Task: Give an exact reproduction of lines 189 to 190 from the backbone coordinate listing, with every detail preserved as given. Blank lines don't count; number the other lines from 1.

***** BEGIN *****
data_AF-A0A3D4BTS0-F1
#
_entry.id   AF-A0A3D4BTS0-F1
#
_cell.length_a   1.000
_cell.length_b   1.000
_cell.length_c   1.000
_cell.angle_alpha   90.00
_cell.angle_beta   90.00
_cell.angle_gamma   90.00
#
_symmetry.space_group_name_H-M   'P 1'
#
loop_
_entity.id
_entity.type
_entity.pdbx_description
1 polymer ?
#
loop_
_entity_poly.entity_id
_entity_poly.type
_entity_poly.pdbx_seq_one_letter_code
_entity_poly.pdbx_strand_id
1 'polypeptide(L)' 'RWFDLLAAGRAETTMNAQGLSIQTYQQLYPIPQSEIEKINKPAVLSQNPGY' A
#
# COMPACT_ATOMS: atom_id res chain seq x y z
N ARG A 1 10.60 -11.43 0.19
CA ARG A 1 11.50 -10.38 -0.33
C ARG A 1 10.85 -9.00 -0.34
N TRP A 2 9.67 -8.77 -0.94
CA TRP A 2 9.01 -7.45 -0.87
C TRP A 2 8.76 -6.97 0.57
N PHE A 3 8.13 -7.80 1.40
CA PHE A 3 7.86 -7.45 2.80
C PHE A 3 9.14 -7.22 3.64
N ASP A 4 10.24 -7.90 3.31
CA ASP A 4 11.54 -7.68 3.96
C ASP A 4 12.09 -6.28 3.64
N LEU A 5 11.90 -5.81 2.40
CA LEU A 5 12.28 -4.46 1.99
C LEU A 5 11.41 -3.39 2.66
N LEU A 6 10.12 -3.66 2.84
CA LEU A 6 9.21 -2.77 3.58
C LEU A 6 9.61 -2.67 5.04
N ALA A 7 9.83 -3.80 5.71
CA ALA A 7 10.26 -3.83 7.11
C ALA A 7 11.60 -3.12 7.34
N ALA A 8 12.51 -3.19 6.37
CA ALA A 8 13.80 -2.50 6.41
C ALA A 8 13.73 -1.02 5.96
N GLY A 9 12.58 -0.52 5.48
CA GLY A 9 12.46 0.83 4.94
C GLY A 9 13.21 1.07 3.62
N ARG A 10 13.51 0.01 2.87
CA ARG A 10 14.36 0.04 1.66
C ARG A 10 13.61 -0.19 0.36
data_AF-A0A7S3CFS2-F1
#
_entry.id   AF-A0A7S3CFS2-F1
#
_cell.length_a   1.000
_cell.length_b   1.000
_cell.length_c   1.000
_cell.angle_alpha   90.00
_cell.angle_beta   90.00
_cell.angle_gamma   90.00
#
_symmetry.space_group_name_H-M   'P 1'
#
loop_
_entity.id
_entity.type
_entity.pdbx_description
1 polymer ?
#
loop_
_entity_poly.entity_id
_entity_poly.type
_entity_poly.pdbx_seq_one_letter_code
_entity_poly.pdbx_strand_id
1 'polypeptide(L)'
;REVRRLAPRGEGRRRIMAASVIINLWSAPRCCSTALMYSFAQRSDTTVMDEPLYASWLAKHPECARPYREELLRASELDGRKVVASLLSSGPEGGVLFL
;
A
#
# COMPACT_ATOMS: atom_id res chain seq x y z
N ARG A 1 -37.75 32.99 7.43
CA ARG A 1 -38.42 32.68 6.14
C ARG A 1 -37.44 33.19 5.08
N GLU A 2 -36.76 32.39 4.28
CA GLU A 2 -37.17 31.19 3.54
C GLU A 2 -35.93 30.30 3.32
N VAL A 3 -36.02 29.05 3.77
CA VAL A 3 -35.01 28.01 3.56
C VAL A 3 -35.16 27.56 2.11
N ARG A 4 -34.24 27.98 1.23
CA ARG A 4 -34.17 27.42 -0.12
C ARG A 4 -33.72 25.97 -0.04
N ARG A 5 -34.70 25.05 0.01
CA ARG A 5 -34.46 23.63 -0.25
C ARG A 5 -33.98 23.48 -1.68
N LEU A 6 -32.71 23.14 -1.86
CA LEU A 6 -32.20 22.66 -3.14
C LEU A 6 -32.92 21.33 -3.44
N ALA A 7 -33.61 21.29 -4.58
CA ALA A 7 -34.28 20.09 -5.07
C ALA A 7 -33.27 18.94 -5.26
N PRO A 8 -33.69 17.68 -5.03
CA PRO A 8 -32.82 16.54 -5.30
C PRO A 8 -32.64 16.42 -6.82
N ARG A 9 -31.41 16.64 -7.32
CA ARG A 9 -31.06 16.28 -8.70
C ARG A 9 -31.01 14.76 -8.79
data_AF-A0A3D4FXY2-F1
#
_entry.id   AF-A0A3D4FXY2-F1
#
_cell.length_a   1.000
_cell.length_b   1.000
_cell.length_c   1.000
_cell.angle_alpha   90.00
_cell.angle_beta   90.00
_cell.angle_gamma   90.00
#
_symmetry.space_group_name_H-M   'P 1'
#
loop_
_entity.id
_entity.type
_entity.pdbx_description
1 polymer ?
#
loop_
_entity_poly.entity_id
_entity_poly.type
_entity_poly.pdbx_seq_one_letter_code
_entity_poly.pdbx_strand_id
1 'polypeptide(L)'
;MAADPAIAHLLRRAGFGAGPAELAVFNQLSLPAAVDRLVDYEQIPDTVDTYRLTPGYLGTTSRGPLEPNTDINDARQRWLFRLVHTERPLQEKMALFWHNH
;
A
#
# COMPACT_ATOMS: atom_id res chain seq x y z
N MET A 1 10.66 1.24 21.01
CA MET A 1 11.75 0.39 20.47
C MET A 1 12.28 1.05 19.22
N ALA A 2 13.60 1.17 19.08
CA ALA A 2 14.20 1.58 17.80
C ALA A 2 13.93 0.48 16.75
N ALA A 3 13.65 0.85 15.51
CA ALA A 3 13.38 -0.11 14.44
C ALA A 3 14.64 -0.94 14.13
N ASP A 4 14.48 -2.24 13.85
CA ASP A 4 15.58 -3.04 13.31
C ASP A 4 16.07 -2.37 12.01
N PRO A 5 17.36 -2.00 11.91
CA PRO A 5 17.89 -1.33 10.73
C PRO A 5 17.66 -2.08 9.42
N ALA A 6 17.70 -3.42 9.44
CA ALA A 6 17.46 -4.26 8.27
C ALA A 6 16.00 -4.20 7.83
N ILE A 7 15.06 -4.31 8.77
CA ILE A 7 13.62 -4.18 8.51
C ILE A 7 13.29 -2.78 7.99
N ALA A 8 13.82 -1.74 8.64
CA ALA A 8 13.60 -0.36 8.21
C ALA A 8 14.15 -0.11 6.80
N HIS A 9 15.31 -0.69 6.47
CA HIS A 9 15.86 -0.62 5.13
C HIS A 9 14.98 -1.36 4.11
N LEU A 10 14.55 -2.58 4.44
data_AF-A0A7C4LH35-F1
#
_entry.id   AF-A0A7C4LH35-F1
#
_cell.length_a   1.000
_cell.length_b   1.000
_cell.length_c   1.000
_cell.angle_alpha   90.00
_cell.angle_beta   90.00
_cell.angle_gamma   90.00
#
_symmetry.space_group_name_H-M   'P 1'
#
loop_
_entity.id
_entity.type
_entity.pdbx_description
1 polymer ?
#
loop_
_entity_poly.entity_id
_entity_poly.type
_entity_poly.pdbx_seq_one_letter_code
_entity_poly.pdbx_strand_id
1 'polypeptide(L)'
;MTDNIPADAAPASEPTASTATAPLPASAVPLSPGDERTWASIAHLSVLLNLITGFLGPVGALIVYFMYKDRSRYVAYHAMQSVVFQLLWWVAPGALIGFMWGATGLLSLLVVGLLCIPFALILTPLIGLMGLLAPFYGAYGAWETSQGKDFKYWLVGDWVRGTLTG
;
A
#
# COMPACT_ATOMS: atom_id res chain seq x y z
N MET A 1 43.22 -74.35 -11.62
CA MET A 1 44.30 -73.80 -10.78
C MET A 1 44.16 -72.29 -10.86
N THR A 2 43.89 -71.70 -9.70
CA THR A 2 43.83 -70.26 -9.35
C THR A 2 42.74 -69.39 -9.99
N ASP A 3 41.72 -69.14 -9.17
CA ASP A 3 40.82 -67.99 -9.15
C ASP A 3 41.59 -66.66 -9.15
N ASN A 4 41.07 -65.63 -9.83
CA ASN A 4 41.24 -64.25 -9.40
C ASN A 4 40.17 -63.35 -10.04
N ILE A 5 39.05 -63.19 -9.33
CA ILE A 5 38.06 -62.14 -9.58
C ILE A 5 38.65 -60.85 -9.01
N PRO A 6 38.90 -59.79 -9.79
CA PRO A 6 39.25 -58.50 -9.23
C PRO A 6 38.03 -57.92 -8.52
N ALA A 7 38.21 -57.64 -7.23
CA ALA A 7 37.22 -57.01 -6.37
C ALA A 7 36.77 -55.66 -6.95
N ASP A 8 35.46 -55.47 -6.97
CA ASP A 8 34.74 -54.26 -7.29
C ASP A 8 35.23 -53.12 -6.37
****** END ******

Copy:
_entity.pdbx_description
1 polymer ?